Thursday, December 1, 2011

Timesailor - Once Upon A Time (2011)

Rooted in the country of Turkey, progressive metal band Timesailor do not lack ambition. One look at the album artwork, and you can be certain that you are about to embark on a journey through time itself, one that you may never return from. Boasting a group of musicians that could bring down the sky with their deft hands, it would also be a safe bet that you will be impressed more than once. But a few crazy riffs does not a classic album make, and on "Once Upon A Time," you are left to wonder what could have been.

The first eight tracks share a common thread, making them each a piece of the "Dreamwalker" story. Beginning with a sweetly played piano and a spoken word passage, a female voice lays out the scenario of creation and change in "The Experiment." But as a flurry of wild drums and distorted guitars enters, we change into "Nightmares Of The Past." The separate layers of instrumentation are ever changing, with elements coming and going seemingly at will. A tremendous bass line is the constant, the engine that drives guitars riffs aplenty. Both male and female voices combine in a rich vocal harmony, almost a rock opera in scope. Things calm down as "The Gift" begins, seeing the return of that light piano melody. The drums carry a synchopated tempo, punchy and thunderous. The wail of a guitar enters and exits, before an eruption of voice and chords. The keyboard work brings to mind some of the best of Yes, Dream Theater or Deep Purple. The track is short, but powerful all the same.

Part three, called "Time To Rise," is a longer affair, allowing for multiple tempo changes. It begins with clean guitars and a vocal duet tangled together as one. Drums enter, alongside a crisp bass. Clean strummed chords break down into distorted chugging and riffs. Orchestrated string and synthesizers provide a suitable backing to the track, building a platform to deliver passage after passage of melodic clean vocals. The guitar work gets far more intricate and in depth as the song progresses, allowing for short bursts of solos. Chanting vocals over dense chugging sections form an interesting and well suited contrast. The much shorter "The Change In Him" is a simple acoustic ballad, with guitars and a solemn female voice. It fades, and gives way to "Last Warning" which sees a far more electronic buildup. But here is where the story takes a turn. The lyrical content and vocals dominate the rest of the track, focusing on the nuances of the story, rather than the music itself. Unfortunately, it becomes overbearing, trying to force too much into too tight a space. The real shame is that, overshadowed by the vocal missteps, the keyboard led background is as deep as the sea, with layer upon layer forming a beautiful harmony. It isn't until the final moments that it is allowed to shine through.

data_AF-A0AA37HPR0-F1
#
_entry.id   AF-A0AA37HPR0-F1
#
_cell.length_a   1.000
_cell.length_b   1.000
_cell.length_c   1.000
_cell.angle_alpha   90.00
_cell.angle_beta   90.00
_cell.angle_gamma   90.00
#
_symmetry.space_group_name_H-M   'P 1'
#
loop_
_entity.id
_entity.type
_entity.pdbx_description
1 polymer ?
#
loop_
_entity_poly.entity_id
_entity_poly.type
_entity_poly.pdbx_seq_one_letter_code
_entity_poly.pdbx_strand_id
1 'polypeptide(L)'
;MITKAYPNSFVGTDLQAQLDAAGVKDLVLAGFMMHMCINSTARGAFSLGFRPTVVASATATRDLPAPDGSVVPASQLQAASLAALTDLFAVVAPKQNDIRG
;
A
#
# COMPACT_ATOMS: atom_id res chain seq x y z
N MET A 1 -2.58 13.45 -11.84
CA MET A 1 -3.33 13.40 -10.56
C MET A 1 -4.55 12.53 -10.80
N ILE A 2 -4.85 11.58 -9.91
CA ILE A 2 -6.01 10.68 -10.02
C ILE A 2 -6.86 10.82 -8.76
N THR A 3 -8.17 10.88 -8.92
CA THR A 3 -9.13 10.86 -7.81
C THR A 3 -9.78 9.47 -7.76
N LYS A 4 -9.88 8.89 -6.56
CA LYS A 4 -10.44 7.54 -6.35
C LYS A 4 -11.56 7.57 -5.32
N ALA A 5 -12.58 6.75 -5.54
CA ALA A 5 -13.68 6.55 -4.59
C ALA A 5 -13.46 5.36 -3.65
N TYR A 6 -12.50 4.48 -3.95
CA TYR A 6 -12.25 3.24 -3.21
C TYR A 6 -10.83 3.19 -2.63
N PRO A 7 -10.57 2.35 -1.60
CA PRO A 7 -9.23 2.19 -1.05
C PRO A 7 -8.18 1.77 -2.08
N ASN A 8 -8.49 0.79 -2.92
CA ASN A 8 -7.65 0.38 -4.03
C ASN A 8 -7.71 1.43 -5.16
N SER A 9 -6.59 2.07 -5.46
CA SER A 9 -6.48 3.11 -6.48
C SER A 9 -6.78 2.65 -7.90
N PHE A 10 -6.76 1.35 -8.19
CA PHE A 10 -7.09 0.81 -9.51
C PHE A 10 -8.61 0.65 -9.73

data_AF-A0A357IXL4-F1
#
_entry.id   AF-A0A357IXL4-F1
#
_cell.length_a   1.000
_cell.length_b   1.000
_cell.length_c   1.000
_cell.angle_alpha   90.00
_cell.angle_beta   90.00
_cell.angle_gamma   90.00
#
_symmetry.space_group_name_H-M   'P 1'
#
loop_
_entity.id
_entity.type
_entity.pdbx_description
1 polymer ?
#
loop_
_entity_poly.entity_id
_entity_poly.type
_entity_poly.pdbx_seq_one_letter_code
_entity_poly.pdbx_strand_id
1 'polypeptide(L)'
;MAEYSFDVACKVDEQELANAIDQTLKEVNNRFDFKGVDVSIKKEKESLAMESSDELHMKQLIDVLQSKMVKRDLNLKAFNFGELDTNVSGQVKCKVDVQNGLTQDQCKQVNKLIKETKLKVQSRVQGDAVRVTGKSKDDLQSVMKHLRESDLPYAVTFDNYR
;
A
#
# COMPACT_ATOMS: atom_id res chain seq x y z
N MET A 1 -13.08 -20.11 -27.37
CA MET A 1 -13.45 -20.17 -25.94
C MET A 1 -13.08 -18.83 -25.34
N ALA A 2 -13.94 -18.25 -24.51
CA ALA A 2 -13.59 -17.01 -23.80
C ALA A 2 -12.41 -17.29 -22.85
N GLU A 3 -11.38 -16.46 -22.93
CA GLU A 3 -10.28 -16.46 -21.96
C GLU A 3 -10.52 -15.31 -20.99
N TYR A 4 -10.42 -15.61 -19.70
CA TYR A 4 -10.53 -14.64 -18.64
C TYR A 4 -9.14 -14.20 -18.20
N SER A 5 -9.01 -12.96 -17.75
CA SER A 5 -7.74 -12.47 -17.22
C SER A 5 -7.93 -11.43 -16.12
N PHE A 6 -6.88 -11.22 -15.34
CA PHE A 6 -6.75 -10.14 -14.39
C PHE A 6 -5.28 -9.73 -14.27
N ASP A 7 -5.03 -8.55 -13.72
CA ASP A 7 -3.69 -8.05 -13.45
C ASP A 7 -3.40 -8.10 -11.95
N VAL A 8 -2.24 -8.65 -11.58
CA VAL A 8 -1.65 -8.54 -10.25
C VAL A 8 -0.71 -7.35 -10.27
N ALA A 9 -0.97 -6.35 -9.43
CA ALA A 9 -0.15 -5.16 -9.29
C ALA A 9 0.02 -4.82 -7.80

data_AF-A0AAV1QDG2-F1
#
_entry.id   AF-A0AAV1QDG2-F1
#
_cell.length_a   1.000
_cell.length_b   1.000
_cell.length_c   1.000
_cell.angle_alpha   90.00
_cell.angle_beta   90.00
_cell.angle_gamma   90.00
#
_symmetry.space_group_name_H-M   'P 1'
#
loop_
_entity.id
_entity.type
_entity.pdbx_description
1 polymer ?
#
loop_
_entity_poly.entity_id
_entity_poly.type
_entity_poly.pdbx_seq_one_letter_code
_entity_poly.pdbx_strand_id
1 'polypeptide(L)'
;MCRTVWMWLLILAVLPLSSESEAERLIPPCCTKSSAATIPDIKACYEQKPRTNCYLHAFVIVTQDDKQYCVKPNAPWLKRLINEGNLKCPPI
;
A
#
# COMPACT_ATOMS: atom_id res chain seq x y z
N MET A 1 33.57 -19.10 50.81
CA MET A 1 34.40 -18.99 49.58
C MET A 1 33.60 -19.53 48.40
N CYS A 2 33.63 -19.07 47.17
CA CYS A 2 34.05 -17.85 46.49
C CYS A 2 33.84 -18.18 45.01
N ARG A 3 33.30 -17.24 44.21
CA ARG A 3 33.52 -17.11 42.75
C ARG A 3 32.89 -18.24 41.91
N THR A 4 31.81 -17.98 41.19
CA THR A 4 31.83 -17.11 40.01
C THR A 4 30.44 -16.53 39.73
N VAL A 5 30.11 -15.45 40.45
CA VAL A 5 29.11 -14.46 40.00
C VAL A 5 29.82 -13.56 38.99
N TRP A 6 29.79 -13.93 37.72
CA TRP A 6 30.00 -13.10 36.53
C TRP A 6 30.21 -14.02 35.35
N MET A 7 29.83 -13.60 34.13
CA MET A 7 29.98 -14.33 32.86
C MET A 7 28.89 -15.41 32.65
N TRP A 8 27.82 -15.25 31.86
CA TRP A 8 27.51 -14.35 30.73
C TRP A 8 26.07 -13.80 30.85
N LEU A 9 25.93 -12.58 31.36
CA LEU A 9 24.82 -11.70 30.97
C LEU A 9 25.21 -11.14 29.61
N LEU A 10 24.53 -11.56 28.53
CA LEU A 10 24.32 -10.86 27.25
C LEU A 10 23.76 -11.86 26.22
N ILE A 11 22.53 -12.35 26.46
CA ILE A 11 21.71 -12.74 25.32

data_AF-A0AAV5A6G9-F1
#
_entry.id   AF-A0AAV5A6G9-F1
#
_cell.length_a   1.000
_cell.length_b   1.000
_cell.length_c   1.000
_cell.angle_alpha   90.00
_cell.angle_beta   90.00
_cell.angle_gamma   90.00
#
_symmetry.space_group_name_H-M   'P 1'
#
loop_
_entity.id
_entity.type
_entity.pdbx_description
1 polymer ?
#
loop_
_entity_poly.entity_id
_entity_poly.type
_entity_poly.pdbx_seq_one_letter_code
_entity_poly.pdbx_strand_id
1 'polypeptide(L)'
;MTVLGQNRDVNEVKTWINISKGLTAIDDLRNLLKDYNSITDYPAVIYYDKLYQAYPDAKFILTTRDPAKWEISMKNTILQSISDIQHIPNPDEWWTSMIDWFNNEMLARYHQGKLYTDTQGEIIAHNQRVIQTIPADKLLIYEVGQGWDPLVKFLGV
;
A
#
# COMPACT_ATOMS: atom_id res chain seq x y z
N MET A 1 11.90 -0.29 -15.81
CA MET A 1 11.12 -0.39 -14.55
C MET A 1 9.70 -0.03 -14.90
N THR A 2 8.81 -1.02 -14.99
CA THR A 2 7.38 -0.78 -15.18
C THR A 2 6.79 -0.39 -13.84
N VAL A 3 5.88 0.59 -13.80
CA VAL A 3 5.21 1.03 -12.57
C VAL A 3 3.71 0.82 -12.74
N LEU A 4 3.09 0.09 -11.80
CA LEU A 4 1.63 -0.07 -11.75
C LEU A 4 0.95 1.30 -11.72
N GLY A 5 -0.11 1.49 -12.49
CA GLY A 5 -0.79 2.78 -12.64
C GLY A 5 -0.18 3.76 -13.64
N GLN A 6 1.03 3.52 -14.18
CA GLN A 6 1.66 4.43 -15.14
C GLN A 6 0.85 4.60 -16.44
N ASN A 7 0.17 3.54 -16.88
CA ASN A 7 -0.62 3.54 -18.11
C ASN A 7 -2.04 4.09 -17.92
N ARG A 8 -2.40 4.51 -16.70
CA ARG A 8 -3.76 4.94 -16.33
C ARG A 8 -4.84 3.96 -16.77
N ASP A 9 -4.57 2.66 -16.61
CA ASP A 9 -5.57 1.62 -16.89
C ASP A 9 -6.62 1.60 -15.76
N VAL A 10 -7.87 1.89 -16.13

The sixth part, "Out Of Control" does not suffer from the same ailment. This is a realization of the dream, with ripping guitars leading the way. The battery of drums is astounding, rocking you to your core. The term "progressive metal" could easily be defined by this outburst of musicianship and structure. Constant changes in speed will make your head spin, while you do your best to break down each individual element at work. Piano becomes intertwined with guitars, bass is in a battle with drums. Without a vocal element, this is a near flawless track. "Broken Bonds" follows suit, taking an opening acoustic riff and slamming it to the ground with a devastating explosion of distortion. But, once again, the vocal delivery falls slightly flat, distracting you from the dynamics being formed in the background. The male vocal, at times, comes off as whiny, while the female vocal is stunning but lyrically hampered. The music is strong enough to carry a lackluster vocal pair, but it simply shouldn't have to. The final piece, "Redemption," concludes the story of Dreamwalker, in stirring fashion.

The remaining tracks, separate from the previous saga, suffer from similar downfalls.All three have an impression array of musicianship, but are sorely lacking in the power of the vocal performance. "Flow" has a brilliant merger of drums and keys, tied together in a web of guitar riffs. The punch of each drum stroke is uncanny, leaving me wondering how big a kit was used in the recording process. Flurries of double kicks and high speed fret work will leave you dizzy, just in time to be soothed by a piano outro. "S.T.E." sees more of the same dynamic playing, leaving no doubt that Timesailor have the talent to craft intriguing progressive metal songs, time and again. Being left to fend for themselves, each instrument finds a home, sharing the spotlight without struggling for power. The album closer, "The Voice Within," may contain the strongest vocal performance on the album, one that actually adds to the overall sound, rather than becoming a hindrance. A few more songs of this nature could make for a great EP.

There is much to be celebrated on "Once Upon A Time." The song structure is fantastic, and each individual track stands on its own merits. The production values are stellar, and the mix keeps the feel very even. Where Timesailor seem to fall short is the consistent misuse of vocals, often taking away from the overall sound of the album. Whether it be through overuse of harmony, or simply lyrical issues, these faults are glaring, but easily repaired. Based on the amazing display of instrumentation, I would venture to say this isn't the last story this band has to tell.


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